Propaganda & Mass Persuasion: "No News is Good News"

Thursday, April 05, 2007

"No News is Good News"


"War is a central expression of a nation, revealing the values for which it is willing to sacrifice its treasure and its young. For democracy to flourish, informed public discourse concerning the war must be full and free. The Pentagon’s press restrictions are producing instead a distorted picture of events that in turn makes impossible an informed citizenry- which is, as Jefferson wrote, the best defense of democracy." (Schiffer and Rinzler, 1/23/91)


This quote from an editorial written only 6 days into the 43 day first Gulf War, sums up the problems of the media coverage of the media coverage of the Gulf War, i.e., that there was no “informed public discourse” regarding the Gulf War.
Americans, though fed a daily diet of video footage from the Gulf, were granted only a censored view of what was going on in the Persian Gulf. Though CNN and network television offered live-action coverage of the war, the news that came out was continually filtered through the military and government “gatekeepers.” The Pentagon, so bent on filtering the news of the war and putting a positive spin on the war’s “scorecard” of sorts, effectively distorted the coverage that came out of the Persian Gulf.

This was all In response to the relatively free hand given the media in its Vietnam War coverage. What was to be offered up, this time around, was a much more sanitized media coverage of the Gulf War, which was a reaction to the more realistic,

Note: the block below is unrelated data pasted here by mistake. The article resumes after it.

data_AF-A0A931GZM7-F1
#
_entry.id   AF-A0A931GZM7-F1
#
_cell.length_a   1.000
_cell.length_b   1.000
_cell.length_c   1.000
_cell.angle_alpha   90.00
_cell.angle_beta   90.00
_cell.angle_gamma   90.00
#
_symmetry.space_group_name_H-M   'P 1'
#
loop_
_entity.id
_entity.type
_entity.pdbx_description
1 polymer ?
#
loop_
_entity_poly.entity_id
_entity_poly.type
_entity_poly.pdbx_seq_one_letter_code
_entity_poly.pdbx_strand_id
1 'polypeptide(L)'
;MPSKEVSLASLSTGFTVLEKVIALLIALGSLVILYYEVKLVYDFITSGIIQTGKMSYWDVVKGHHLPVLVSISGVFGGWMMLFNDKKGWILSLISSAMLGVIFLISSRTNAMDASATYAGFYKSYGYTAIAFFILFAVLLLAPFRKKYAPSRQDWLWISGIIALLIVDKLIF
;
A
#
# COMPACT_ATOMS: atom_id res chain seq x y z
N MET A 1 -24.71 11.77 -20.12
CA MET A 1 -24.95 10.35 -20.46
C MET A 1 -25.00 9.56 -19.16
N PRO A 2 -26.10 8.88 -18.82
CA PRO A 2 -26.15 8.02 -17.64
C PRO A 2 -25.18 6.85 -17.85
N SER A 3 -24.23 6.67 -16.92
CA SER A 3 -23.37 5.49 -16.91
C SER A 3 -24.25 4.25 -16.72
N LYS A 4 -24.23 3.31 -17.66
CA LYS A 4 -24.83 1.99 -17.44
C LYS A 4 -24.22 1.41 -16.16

gritty, coverage given the Vietnam War. In the Gulf War, “upbeat sequences of high-tech warriors doing their long-distance jobs” were to take the place of body bags being loaded onto planes. These types of war images made for a better “sell” of the Gulf War than was done twenty years earlier in Vietnam, when the American public said to their politicians, NO MORE VIETNAMS.

As a result of the cleaned-up media coverage of the Gulf War, "informed public discourse" was lost in the bargain, and the American public was left in the dark. Twelve years later, in George W. Bush's second Gulf War, the reporters were let out of the gate and jumped into the Humvees along with the troops, putting themselves in harm's way. The stories the media had to tell this time around reflected the grit of battle and a more "informed citizenry" was made possible. Thomas Jefferson would be happy about this as, this time around, democracy was defended!

1 Comments:

Blogger A. Mattson said...

A very good post.

Which is the key issue:
1. Media failure to act as a watch dog on the military and get the story?
2. Government/Military restrictions and management of press access?
3. Or the failure of the American public to demand better information about the war and the world?

4/12/2007 11:41 AM  

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